Tuesday, August 27, 2019

Before the Dawn

We all have different definitions of "sleeping in."

For some, starting a weekend before noon is unthinkable. For others, it's past the time they might rise for work.

For me, it's any time after the sun is up. In fact, a part of me feels I've lost a significant chunk of the day if I waken after the sun does.

I blame early childhood experiences.

Before my maternal grandmother died the summer I turned seven, I spent quite a bit of time at her Chicago home. My grandfather had to be out the door by four o'clock in the morning for work, so she rose around three to prepare breakfast for him, and I invariably rose with her.

The memories are vivid: sitting at the table in the tiny kitchen that used to be a porch, gazing out the little window at my right into darkness, a silent contrast to her bustling in the lit room. I can smell the sizzling bacon and the coffee; I can hear the hiss of the percolator.

After my grandfather left, my grandmother and I headed back to bed for a couple hours.

As a middle school student and a teen, I suffered from insomnia. I often woke abruptly around one in the morning, never drifting back to sleep (i.e. a short nap) until five or so, a problem when one began school at seven-thirty!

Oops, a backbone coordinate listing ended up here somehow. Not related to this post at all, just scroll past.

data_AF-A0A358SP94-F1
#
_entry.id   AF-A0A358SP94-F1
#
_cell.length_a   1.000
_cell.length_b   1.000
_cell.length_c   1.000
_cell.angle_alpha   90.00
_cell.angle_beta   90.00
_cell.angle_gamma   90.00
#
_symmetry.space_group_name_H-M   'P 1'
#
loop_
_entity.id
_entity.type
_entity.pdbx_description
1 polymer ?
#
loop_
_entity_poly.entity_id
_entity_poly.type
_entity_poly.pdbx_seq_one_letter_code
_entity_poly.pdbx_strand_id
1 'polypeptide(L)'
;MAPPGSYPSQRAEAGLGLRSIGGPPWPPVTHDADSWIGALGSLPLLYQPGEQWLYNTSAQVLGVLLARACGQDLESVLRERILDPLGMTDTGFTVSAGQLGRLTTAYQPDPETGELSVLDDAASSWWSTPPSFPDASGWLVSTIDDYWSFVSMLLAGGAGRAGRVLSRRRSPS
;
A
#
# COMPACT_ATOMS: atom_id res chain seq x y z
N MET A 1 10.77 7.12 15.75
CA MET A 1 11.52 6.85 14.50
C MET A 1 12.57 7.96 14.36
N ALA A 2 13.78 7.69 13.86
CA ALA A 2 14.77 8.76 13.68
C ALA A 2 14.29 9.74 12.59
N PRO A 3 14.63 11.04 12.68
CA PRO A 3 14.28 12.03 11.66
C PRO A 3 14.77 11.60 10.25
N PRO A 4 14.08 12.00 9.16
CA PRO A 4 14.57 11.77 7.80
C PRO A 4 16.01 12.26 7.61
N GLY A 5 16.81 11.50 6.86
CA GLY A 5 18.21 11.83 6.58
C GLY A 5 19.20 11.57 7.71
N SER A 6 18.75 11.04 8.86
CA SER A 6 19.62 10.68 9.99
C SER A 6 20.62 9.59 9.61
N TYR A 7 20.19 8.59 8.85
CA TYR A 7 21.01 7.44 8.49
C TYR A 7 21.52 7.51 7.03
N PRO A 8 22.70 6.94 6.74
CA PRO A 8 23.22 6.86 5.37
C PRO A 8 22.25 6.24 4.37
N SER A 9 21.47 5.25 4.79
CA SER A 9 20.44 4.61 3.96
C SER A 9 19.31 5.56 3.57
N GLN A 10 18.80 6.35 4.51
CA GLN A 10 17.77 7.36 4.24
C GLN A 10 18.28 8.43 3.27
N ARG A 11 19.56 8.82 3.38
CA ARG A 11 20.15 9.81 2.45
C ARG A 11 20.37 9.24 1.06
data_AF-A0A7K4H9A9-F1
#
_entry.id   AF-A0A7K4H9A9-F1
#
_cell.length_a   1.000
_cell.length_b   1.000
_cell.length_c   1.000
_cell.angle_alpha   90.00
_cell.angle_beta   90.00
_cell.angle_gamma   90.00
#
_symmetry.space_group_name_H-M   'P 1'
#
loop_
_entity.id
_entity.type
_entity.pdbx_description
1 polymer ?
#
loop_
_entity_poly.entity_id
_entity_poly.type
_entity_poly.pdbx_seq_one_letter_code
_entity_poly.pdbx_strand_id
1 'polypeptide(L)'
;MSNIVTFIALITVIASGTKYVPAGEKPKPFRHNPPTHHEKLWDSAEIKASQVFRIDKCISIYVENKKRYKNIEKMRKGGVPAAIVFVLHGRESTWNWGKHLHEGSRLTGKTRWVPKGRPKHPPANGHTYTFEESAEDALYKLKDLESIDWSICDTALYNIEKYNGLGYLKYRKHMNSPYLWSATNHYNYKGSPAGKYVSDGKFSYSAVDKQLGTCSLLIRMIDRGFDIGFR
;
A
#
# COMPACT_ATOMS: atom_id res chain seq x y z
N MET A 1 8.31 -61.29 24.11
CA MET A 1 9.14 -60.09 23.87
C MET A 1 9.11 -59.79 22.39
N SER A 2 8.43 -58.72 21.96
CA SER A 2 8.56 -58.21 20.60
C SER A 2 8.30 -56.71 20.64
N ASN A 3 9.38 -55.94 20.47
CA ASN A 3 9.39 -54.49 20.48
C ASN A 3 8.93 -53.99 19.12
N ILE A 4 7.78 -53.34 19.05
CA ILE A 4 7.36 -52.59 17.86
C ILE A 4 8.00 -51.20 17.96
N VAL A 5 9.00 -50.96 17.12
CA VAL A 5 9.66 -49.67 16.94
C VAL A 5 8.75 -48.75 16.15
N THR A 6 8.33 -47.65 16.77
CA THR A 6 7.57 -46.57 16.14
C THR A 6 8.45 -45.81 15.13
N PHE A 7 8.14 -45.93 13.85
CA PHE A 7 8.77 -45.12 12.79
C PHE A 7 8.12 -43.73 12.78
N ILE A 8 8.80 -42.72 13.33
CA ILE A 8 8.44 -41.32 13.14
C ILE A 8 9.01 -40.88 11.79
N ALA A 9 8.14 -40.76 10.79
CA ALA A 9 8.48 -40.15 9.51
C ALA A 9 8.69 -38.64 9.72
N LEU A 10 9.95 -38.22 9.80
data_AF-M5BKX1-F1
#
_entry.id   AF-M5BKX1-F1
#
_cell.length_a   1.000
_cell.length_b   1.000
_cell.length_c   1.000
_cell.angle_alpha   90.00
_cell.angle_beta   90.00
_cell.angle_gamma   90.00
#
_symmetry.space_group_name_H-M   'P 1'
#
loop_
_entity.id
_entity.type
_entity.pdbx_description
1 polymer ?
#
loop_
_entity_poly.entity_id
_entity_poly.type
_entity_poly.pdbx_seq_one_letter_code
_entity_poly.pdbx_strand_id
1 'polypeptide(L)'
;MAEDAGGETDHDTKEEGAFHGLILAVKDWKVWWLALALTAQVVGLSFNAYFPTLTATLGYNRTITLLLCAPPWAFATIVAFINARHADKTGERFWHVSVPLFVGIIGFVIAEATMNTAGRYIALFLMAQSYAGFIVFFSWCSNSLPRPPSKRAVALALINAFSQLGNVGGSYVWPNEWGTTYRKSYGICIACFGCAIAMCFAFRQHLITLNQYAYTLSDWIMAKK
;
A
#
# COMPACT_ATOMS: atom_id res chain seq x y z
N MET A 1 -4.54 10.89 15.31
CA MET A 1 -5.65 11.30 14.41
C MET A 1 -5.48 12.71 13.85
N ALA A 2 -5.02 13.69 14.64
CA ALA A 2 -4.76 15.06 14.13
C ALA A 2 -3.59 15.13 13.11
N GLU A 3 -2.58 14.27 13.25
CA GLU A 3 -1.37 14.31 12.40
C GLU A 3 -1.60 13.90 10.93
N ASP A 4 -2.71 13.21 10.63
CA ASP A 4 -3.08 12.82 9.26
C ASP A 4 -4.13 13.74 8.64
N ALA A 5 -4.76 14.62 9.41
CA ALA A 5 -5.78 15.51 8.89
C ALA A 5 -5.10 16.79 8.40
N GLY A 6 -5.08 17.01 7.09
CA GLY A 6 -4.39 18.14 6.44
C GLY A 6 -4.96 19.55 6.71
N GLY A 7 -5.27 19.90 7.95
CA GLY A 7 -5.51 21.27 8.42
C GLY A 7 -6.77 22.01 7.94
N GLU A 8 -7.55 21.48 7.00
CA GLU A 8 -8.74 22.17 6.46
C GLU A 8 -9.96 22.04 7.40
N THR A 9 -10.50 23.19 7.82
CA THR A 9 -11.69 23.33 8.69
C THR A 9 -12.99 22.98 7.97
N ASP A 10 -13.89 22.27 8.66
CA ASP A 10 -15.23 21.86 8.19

I passed those hours reading (middle school) or reading and listening to music (high school).

For the first decade or so of motherhood, I was a nursing mom, so waking up one or more times at night was simply part of normal routine.

Those days merged into my single motherhood days shortly after my youngest turned two. And thus began a dozen years of rising before midnight to deliver newspapers, a job that grew from being responsible for ninety-nine papers to several thousand per night.

I met my second husband during that first year and moved to his childhood home in Channahon during my second year. He and I started our church's first and only youth ministry and remodeled outbuildings on our property to host meetings and events for up to fifteen youth of various ages.

He also set up a coffee pot with a timer in the game room since our kitchen was tiny and had no extra room for a coffee pot. Each afternoon, I'd prepare and schedule the coffee for the next day.

Every morning, shortly after awakening I took the dog outside (by morning, I mean shortly after midnight). He'd wander behind the buildings while I unlocked the door, the warm scent of freshly brewed coffee greeting me, especially welcome on chilly winter mornings.

Then Scooter and I would head back to the house - him for a snack and a nap, me up the metal ladder to my attic office to check email, social media, and slowly wake up. About an hour later, I'd wake up the kids so they could do chores, grab a snack, etc., while I did some housework and packed our lunches.

Yes, lunches. Breakfast was after the route.

The routine today is similar: I wake up in the dark, head downstairs to feed the cats and make coffee, and back upstairs to check email and schedule social media with darkness around me. Gradually, the sun rises and so does my level of alertness.

The biggest decision I make during those initial moments is which coffee pod to choose (Daniel buys a variety of dark roast) and which mug to to choose (as I've been gifted with many from generous family and friends). Here is today's choice.

Good morning! :)

No comments: